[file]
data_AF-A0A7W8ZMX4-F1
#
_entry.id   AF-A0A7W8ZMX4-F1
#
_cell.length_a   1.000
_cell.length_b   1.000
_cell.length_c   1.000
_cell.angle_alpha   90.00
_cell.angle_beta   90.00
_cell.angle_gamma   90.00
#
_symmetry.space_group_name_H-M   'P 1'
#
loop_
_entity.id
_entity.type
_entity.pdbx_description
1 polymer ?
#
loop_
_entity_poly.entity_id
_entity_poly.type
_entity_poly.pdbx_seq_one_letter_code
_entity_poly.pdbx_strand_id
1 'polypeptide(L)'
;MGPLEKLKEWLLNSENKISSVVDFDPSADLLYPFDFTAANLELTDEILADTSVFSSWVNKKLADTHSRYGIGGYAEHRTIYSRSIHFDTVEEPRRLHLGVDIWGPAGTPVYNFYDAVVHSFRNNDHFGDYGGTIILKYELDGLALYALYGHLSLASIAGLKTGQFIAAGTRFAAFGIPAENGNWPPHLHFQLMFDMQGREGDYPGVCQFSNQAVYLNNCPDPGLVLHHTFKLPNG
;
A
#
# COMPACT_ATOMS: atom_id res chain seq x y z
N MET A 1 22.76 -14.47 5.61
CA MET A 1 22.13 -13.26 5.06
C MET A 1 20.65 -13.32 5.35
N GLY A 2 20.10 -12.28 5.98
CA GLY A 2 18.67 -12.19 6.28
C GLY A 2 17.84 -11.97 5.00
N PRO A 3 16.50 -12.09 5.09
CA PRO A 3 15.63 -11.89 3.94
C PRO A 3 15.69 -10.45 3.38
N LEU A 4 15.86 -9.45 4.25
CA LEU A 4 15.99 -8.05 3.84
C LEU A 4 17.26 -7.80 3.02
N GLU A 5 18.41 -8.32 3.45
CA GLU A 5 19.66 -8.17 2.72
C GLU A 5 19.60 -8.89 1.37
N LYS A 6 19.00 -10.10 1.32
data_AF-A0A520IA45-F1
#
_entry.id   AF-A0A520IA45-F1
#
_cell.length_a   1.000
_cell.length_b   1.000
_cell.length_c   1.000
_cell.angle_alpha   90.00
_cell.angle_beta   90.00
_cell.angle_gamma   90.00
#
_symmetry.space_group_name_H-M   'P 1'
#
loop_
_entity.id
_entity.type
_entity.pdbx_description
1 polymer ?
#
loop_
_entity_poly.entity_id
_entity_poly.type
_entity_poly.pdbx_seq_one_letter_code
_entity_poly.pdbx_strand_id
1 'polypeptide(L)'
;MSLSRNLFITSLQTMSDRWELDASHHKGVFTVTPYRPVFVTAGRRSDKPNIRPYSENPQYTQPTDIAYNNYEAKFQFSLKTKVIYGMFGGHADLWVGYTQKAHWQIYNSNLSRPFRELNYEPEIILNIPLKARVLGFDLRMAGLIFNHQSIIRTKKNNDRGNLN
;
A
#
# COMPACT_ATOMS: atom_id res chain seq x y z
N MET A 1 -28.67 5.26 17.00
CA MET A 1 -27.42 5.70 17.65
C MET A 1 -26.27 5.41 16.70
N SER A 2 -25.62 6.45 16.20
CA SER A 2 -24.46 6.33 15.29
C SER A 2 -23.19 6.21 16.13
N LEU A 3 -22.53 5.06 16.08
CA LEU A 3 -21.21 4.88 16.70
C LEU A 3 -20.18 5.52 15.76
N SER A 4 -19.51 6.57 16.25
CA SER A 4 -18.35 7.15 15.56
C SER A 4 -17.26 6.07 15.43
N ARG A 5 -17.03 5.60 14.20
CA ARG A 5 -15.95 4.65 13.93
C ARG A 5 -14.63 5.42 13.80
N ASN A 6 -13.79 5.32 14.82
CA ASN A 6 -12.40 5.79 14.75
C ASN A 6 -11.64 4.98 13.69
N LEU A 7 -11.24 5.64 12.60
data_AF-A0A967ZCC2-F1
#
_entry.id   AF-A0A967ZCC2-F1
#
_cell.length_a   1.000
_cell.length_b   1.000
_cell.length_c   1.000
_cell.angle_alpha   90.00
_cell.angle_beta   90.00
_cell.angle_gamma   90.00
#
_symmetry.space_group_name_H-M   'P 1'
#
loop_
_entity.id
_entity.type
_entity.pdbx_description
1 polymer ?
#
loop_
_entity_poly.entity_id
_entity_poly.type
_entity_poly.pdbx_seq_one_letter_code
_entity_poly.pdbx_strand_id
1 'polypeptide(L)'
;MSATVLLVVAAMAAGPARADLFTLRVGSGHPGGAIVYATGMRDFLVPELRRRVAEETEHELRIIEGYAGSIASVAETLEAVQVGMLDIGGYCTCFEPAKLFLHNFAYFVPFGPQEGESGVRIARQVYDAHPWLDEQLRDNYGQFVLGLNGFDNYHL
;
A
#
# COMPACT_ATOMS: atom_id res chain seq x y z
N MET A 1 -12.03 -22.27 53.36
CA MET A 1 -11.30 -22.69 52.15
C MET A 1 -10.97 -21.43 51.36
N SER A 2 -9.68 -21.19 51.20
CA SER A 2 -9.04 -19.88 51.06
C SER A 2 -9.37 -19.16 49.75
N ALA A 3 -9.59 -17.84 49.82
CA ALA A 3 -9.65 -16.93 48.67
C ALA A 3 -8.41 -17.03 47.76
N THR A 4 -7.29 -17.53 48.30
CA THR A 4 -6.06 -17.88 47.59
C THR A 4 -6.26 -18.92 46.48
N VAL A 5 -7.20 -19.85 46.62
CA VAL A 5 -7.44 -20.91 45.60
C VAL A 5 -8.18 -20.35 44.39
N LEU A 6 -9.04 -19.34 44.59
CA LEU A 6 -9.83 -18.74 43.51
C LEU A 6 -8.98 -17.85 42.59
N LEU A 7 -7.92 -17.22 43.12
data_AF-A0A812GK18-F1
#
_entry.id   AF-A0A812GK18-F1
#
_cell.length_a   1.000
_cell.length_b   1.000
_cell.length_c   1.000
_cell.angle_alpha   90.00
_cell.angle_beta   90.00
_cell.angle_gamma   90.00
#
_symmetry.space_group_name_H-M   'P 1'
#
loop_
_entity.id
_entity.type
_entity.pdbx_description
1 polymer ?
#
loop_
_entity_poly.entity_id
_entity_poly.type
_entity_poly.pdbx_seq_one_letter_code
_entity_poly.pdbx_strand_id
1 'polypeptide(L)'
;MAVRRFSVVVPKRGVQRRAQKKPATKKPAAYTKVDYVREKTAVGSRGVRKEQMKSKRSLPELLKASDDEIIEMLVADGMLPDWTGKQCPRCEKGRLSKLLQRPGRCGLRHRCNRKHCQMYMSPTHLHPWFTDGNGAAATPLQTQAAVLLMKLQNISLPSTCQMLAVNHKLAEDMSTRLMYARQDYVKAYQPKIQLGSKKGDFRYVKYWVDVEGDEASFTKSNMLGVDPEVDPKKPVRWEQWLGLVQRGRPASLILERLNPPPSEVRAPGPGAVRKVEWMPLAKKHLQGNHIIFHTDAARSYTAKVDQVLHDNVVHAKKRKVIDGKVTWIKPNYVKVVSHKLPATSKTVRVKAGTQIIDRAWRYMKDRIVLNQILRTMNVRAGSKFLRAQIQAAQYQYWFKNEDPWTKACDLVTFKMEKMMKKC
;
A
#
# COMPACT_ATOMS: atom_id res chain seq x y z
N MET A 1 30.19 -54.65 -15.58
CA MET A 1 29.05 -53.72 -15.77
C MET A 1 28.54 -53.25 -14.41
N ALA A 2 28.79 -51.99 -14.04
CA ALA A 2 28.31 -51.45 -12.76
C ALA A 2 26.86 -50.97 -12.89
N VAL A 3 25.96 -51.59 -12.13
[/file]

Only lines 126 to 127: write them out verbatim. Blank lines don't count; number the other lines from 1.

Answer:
N MET A 1 -12.03 -22.27 53.36
CA MET A 1 -11.30 -22.69 52.15